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There are several federal laws that have been enacted to protect the rights of individuals with disabilities, including children. State laws are also in place to ensure protection of the those rights, and may govern if they provide greater protection than federal laws.
Although this website does not discuss states laws, families can learn more about the laws in their states by contacting a local PTI (parent training and information center).
The US Department of Justice hosts this site, full of information about the American with Disabilities Act. The "Introduction to ADA" page is helpful, as is the "Topics of Interest" page.
This site provides information on major topics covered by IDEA 2004. It has excellent video clips on Early Intervening Services/RTI, Individualized Education Program, Discipline, Highly Qualified Teachers, Procedural Safeguards, and other important topics.
DisabilityInfo.gov is a comprehensive online resource designed to provide people with disabilities with quick and easy access to the information they need. With just a few clicks, the site provides access to disability-related information and programs available across the government on numerous subjects, including benefits, civil rights, community life, education, employment.
This website funded by the Office of Special Education Programs (OSEP), U.S. Department of Education provides public access to data about children and youth with disabilities served under the Individuals with Disabilities Education Act (IDEA).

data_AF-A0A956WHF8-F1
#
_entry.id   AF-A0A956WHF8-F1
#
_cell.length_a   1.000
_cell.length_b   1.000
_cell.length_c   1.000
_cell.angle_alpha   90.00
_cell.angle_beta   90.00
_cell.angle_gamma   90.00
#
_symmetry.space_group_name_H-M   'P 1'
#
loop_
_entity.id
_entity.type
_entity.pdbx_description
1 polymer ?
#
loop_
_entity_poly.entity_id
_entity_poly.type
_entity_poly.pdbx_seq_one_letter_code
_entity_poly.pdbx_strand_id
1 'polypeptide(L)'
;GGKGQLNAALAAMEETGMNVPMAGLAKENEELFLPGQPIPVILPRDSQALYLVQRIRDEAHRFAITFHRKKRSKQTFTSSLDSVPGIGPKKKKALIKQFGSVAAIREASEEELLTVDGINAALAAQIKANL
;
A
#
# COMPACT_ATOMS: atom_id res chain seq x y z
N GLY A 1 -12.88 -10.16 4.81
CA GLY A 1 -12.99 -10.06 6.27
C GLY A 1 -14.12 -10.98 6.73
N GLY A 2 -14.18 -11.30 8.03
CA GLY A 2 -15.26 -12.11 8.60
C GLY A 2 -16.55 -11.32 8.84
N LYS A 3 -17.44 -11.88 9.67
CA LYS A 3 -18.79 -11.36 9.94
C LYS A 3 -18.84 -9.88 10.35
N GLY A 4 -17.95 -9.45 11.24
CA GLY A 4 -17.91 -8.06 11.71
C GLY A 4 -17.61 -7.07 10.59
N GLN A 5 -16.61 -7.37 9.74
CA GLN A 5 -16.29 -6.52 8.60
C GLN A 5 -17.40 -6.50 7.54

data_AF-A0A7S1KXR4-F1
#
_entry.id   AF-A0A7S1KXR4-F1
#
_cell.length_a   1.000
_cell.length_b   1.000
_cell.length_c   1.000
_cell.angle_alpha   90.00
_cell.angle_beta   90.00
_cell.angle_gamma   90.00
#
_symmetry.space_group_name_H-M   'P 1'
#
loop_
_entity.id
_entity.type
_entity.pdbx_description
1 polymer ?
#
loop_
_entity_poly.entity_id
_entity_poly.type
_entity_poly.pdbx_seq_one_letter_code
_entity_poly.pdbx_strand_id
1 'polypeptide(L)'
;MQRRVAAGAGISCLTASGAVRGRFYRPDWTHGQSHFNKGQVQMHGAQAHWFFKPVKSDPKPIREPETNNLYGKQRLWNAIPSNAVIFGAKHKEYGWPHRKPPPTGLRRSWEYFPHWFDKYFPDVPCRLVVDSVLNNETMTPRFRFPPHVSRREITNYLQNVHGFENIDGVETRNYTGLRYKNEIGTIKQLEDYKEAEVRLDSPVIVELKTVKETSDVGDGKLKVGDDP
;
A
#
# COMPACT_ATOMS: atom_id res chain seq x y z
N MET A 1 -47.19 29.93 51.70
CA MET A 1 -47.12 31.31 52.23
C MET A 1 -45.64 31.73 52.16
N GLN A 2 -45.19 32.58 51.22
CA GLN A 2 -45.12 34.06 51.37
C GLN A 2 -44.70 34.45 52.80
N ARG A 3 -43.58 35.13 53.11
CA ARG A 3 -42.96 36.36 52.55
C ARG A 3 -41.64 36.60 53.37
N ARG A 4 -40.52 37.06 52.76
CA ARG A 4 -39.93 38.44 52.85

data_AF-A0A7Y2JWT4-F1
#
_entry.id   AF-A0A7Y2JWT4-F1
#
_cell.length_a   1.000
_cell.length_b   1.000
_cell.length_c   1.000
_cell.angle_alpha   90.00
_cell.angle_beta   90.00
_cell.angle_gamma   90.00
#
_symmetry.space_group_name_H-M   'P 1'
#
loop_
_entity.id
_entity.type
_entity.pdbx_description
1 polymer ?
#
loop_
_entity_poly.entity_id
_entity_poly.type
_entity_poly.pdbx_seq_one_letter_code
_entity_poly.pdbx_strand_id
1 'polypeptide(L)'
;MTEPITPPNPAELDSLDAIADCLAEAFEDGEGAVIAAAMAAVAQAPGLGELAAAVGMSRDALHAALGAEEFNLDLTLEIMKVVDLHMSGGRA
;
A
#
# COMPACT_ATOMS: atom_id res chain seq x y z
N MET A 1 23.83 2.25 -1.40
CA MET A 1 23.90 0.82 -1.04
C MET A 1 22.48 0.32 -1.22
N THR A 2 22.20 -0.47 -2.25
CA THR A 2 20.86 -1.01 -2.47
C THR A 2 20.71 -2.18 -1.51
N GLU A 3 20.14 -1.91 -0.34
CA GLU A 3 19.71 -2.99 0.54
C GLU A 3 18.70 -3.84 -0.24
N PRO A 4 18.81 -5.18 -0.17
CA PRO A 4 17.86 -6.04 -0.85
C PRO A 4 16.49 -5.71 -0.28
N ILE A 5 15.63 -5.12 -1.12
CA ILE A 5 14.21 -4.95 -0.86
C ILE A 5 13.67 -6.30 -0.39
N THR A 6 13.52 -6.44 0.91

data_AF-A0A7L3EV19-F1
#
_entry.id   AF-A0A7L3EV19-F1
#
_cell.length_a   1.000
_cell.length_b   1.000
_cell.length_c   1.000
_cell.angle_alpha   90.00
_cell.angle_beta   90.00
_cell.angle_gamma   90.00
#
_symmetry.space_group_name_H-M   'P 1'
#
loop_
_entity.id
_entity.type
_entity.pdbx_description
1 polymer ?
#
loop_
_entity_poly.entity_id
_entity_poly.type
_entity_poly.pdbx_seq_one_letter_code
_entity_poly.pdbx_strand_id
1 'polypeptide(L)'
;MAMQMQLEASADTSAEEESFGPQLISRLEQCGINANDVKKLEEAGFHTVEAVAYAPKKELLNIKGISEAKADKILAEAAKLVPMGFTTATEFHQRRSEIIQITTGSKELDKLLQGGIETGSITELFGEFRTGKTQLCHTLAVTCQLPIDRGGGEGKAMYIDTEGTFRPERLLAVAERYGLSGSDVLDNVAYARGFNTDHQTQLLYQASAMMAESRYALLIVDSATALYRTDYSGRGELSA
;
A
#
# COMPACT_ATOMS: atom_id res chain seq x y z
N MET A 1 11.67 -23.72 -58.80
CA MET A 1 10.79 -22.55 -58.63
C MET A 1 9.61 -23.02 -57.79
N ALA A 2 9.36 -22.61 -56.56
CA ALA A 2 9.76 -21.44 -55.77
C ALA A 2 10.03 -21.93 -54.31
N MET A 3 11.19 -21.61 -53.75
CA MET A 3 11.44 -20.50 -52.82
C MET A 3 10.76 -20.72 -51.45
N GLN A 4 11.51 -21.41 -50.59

This site has useful information on Section 504 Plans, accommodations, and
related services. It covers information on documentation of disability as well as procedural safeguards required under Section 504 of Rehabilitation Act of 1973
This site is a publication from the Social Security Administration detailing benefits available from SSA for children with disabilities. It is clearly written and it is clearly an essential resource.
The homepage for information about SSI (Supplemental Security Income) from the Social Security Administration, this site provides information about SSI benefits. Its presentation is good and may be quite valuable for parents whose children are approaching adulthood. SSA has also provides Disability Starter Kits (in English and Spanish) to help families prepare to apply for SSI benefits for their child.
The website now features a special page Understanding Supplemental Security Income. It's easy to read and answers a lot of questions. There is a page specifically about SSI for children.
Another branch of the US Department of Educaiton, the Office for Civil Rights has a mandate to protect the civil rights of children in public schools. It is worth it to explore the whole site, but the special section on "Disability Discrimination" may be of greatest interest to families of children with disabilities.